• Updating Tour and Data from Master to Projection Servers.
  • Synchronization of playback on multiple Projection Servers.

For audio, audio tracks (mono, stereo or multi-channel) are loaded onto a dedicated Audio Server. On the WWT Master Server the normal audio track is replaced with a SMPTE timing track. This is usually done with a short-duration slide at the beginning of the tour that is a master and has the SMPTE track as MP3 or WAV format. The analog audio output of the Master Server is connected to an input port on the Audio Server. Once the appropriate audio track(s) are loaded on the Audio Server and the Audio Server is setup to be controlled by input SMPTE timing from Master (via analog audio connections), the audio and video are synchronized via the Master Server.

Note: Currently, the timing of WWT cannot be controlled by an external SMPTE source, such as a stand-alone SMPTE generator or Audio Server.

WorldWide Telescope (WWT) works with Oculus Rift virtual reality headset as a special stereo mode. Note, currently WWT supports Oculus Rift Development Kit 1, (Oculus Rift DK1). You can use this mode by following these steps.

  1. Make sure you are running WorldWide Telescope 5.0 or later, which is available here:
  2. Connect the Oculus to the computer.
  3. Turn the Oculus on. The Oculus will appear as a secondary monitor. If you look through the Oculus without WWT running you should see a desktop similar to what you see if you connected a secondary monitor.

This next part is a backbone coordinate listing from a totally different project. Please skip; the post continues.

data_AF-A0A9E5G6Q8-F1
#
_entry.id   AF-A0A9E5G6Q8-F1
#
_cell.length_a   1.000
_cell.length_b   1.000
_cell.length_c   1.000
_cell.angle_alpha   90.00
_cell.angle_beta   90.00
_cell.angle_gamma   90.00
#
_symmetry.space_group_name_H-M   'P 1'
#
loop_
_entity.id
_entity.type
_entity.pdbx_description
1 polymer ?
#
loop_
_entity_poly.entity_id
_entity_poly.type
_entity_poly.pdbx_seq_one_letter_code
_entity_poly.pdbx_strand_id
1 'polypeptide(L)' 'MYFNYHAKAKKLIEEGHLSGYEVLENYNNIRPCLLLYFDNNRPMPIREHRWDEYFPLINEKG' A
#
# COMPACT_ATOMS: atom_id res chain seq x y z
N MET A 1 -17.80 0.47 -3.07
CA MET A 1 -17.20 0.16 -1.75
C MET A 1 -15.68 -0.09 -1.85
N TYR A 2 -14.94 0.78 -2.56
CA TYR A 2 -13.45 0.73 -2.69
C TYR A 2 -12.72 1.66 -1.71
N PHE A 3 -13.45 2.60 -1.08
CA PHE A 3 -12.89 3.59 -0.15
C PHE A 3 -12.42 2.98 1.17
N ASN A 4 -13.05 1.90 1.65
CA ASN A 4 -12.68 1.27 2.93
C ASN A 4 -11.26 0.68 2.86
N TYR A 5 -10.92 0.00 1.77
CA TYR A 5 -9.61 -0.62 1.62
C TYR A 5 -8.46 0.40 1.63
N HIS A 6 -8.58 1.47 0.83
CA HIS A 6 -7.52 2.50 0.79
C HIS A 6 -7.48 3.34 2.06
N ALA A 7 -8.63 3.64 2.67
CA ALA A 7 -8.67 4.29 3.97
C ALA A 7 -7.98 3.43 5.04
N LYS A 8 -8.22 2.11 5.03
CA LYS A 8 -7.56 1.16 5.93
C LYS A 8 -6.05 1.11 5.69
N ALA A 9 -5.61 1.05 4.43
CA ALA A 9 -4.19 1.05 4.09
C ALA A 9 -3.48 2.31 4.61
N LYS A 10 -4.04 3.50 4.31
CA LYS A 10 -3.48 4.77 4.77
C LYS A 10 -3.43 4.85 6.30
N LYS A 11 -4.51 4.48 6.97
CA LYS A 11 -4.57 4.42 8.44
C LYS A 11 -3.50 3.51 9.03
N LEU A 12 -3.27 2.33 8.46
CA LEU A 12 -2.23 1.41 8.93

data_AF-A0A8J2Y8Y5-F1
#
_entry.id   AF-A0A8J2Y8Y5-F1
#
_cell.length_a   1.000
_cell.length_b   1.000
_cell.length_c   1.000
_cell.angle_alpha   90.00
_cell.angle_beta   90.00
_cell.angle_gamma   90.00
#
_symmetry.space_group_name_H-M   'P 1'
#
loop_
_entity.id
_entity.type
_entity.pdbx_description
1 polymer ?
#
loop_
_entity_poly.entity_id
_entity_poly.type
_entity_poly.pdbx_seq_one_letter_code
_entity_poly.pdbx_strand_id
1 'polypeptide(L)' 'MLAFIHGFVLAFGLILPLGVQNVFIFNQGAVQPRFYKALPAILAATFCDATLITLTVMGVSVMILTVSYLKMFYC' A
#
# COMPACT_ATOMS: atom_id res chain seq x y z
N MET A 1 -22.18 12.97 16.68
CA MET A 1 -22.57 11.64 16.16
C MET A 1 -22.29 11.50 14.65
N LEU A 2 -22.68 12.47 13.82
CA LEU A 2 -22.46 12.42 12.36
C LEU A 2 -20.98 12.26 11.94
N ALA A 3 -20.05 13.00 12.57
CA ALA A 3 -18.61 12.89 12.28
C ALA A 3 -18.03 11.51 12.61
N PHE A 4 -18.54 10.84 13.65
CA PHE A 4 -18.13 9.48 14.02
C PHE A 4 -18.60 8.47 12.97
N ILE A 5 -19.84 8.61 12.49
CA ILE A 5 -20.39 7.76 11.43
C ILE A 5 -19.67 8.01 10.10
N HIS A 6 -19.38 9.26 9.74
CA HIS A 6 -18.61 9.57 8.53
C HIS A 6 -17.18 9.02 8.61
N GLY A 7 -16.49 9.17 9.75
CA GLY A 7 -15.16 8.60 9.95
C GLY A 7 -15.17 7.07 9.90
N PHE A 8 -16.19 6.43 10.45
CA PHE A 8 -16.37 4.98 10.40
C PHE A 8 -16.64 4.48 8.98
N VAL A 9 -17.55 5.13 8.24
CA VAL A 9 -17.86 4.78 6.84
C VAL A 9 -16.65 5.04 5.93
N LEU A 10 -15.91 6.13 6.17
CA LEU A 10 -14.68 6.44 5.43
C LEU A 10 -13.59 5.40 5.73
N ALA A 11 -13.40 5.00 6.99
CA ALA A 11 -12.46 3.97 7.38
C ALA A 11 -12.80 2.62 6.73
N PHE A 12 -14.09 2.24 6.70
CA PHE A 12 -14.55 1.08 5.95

4. Note, you should try to put the Oculus over your eyeglasses.
  5. Start WWT.
  6. Enable Oculus Rift mode. Open the menu under View and select Stereo/Oculus Rift. See screenshot below.
    Enable Oculus Rift mode
  7. The scene should be visible in the Oculus. Note the menu items are still on the primary display and the main window in the primary will go blank when outputting to Oculus.
  8. You can interact with WWT while wearing the headset. Since you can’t see the keyboard and menus, it is easier to use an Xbox or MIDI controller. However, be careful doing fast rotations with the controller, since if the motion is not coordinated with your head rotations, you can induce motion sickness.
  9. You can also download and play a tour on asteroid impacts which was created by the WWT team specifically for virtual reality. This tour, called Impacts, and additional information is available here
  10. You can create a virtual or physical button (see to reset the Oculus Rift view. The function ResetRiftView is under Navigation/Action. This can be useful to set the initial orientation of the virtual environment relative the physical orientation of the Rift.